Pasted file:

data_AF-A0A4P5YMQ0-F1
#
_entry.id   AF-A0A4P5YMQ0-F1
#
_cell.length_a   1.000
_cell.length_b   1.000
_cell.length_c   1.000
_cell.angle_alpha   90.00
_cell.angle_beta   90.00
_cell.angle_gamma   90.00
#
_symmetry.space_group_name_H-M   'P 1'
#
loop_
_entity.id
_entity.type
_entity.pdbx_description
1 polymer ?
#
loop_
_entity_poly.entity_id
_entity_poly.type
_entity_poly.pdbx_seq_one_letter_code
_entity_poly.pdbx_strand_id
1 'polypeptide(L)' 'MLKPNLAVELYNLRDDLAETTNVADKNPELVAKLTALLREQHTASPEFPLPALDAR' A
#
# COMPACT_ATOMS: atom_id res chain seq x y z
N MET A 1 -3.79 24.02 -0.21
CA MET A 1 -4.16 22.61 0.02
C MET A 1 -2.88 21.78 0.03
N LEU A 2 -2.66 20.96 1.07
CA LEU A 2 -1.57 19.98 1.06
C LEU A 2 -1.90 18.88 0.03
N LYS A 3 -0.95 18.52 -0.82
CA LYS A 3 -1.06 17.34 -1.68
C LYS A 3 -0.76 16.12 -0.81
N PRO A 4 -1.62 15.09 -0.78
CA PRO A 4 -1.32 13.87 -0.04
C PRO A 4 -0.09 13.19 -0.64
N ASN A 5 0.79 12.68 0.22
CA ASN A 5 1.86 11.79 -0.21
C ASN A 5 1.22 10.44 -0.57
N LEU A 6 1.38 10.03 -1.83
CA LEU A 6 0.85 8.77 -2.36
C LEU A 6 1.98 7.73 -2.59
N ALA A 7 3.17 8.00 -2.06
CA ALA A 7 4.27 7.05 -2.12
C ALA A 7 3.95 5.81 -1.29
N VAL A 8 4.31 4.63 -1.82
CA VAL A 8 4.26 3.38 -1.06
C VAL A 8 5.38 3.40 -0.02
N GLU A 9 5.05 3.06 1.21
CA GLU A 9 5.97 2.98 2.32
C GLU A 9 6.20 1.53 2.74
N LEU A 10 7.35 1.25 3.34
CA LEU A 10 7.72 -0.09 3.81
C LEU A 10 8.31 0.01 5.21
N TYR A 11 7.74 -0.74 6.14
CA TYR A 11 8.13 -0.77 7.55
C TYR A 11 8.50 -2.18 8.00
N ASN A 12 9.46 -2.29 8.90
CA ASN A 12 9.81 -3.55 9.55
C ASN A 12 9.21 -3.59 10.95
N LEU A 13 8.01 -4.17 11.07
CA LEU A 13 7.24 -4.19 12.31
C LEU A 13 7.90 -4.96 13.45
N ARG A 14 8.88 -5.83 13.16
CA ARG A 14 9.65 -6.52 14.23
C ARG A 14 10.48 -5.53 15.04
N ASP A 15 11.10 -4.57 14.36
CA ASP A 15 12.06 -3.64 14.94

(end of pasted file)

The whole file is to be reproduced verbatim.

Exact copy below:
data_AF-A0A4P5YMQ0-F1
#
_entry.id   AF-A0A4P5YMQ0-F1
#
_cell.length_a   1.000
_cell.length_b   1.000
_cell.length_c   1.000
_cell.angle_alpha   90.00
_cell.angle_beta   90.00
_cell.angle_gamma   90.00
#
_symmetry.space_group_name_H-M   'P 1'
#
loop_
_entity.id
_entity.type
_entity.pdbx_description
1 polymer ?
#
loop_
_entity_poly.entity_id
_entity_poly.type
_entity_poly.pdbx_seq_one_letter_code
_entity_poly.pdbx_strand_id
1 'polypeptide(L)' 'MLKPNLAVELYNLRDDLAETTNVADKNPELVAKLTALLREQHTASPEFPLPALDAR' A
#
# COMPACT_ATOMS: atom_id res chain seq x y z
N MET A 1 -3.79 24.02 -0.21
CA MET A 1 -4.16 22.61 0.02
C MET A 1 -2.88 21.78 0.03
N LEU A 2 -2.66 20.96 1.07
CA LEU A 2 -1.57 19.98 1.06
C LEU A 2 -1.90 18.88 0.03
N LYS A 3 -0.95 18.52 -0.82
CA LYS A 3 -1.06 17.34 -1.68
C LYS A 3 -0.76 16.12 -0.81
N PRO A 4 -1.62 15.09 -0.78
CA PRO A 4 -1.32 13.87 -0.04
C PRO A 4 -0.09 13.19 -0.64
N ASN A 5 0.79 12.68 0.22
CA ASN A 5 1.86 11.79 -0.21
C ASN A 5 1.22 10.44 -0.57
N LEU A 6 1.38 10.03 -1.83
CA LEU A 6 0.85 8.77 -2.36
C LEU A 6 1.98 7.73 -2.59
N ALA A 7 3.17 8.00 -2.06
CA ALA A 7 4.27 7.05 -2.12
C ALA A 7 3.95 5.81 -1.29
N VAL A 8 4.31 4.63 -1.82
CA VAL A 8 4.26 3.38 -1.06
C VAL A 8 5.38 3.40 -0.02
N GLU A 9 5.05 3.06 1.21
CA GLU A 9 5.97 2.98 2.32
C GLU A 9 6.20 1.53 2.74
N LEU A 10 7.35 1.25 3.34
CA LEU A 10 7.72 -0.09 3.81
C LEU A 10 8.31 0.01 5.21
N TYR A 11 7.74 -0.74 6.14
CA TYR A 11 8.13 -0.77 7.55
C TYR A 11 8.50 -2.18 8.00
N ASN A 12 9.46 -2.29 8.90
CA ASN A 12 9.81 -3.55 9.55
C ASN A 12 9.21 -3.59 10.95
N LEU A 13 8.01 -4.17 11.07
CA LEU A 13 7.24 -4.19 12.31
C LEU A 13 7.90 -4.96 13.45
N ARG A 14 8.88 -5.83 13.16
CA ARG A 14 9.65 -6.52 14.23
C ARG A 14 10.48 -5.53 15.04
N ASP A 15 11.10 -4.57 14.36
CA ASP A 15 12.06 -3.64 14.94